where I is the moment of inertia [34]. The change in orientation of
the molecule is assumed to be due to rotational isotropic Brownian
motion. These equations are based on Stokes' diffusional model for
spheroidal molecules.
The chief difficulty in calculating the various contributions
to the spin-lattice relaxation time from the derived equations is in
obtaining reliable correlation times. The BPP theory assumes that
dipole-dipole interactions are diffusionally controlled processes.
The correlation time is given by
T = 4n T] a3/kT (11)
For intermolecular dipolar interactions the BPP theory seems to give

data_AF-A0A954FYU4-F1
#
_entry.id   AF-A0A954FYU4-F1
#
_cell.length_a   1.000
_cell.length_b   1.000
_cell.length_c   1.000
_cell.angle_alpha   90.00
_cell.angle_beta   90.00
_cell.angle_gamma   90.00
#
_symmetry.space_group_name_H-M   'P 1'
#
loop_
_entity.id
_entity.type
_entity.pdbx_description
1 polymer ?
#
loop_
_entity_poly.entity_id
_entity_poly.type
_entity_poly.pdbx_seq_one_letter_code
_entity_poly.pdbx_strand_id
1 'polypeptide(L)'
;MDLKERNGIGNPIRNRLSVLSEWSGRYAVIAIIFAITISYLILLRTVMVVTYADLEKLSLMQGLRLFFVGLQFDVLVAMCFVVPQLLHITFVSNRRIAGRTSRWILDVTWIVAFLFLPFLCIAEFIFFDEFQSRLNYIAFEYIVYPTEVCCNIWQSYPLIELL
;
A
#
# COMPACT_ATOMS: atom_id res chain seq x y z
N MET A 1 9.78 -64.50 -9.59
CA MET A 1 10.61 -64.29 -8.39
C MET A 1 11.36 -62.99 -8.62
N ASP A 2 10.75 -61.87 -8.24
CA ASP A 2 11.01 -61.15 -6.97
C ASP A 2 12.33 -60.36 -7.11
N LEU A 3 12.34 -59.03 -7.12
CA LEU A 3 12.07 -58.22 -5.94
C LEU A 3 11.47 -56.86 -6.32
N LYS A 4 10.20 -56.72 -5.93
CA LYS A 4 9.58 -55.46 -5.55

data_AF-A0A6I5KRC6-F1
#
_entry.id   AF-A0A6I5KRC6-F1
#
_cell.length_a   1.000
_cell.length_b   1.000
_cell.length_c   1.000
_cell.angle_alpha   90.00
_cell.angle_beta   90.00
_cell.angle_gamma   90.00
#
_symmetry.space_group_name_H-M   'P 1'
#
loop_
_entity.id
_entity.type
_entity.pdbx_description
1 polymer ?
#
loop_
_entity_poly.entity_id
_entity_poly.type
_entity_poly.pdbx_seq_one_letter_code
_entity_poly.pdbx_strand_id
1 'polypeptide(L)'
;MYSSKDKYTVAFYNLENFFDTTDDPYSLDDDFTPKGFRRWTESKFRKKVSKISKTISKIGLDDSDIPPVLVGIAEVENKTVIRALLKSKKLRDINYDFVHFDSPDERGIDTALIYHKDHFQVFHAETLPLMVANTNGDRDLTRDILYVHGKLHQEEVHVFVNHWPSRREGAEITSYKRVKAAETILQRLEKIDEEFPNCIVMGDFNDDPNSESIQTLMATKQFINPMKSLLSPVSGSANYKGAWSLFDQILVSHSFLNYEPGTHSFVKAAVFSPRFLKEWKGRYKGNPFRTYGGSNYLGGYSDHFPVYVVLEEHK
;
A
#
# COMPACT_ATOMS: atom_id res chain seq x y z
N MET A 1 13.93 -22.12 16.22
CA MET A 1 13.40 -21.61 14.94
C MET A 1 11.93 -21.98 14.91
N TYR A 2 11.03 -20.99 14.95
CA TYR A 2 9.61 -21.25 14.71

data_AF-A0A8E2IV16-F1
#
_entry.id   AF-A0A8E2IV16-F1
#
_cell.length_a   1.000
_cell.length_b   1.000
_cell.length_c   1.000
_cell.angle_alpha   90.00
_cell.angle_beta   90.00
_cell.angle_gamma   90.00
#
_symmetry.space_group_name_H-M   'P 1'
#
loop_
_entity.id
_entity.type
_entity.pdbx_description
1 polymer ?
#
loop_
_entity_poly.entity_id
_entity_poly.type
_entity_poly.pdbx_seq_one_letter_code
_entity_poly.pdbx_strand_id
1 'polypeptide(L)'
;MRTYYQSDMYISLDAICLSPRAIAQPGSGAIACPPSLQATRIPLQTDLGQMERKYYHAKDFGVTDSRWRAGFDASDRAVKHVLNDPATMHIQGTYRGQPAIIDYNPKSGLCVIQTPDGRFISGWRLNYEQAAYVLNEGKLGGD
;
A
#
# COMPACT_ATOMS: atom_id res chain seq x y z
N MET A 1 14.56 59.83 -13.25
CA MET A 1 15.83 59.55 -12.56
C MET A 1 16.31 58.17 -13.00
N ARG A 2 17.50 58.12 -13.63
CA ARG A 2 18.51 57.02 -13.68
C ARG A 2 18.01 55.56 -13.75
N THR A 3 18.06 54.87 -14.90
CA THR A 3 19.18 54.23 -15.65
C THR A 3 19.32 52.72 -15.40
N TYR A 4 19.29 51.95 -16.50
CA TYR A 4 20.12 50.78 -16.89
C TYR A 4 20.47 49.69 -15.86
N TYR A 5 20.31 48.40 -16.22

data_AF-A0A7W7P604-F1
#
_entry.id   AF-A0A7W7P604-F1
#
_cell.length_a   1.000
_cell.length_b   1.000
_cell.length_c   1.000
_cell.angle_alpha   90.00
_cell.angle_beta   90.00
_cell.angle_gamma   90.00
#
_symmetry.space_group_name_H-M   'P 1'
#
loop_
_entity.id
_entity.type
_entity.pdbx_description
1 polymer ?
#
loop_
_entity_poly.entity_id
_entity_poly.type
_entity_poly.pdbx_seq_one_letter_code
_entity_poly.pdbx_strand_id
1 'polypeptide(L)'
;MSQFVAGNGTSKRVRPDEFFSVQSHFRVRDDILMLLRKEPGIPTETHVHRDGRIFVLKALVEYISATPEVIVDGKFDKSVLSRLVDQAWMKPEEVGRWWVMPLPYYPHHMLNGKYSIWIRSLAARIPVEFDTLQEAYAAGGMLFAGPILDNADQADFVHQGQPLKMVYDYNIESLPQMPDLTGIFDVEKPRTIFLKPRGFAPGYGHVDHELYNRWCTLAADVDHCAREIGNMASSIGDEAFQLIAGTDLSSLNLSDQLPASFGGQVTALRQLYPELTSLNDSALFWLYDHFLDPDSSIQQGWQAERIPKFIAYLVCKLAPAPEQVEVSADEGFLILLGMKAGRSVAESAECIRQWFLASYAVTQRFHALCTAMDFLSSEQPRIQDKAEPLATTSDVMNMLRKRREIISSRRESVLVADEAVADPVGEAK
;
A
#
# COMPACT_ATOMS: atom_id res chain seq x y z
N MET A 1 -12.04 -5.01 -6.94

an adequate representation. However, for intramolecular dipolar
contributions, the theory is adequate only for polar highly associated
liquids. In most cases, the relaxation times predicted are much
shorter than those observed [28,29,30,35]. Steele argues, in fact,
that there is no direct relationship between macroscopic viscosity
and molecular rotation [35].
Spernol and Wirtz [36] and Gierrer and Wirtz [37] suggested
that the macroscopic viscosity be replaced by a microviscosity coef-
ficient which reduces the Debye correlation time by a factor of six
for pure liquids. Steele has proposed an inertial model in which the
rotational motion is best described by classical equations of motion
for a rigid rotator. He calculated the rotational contribution to
the spin-lattice relaxation time in several hydrocarbons and derived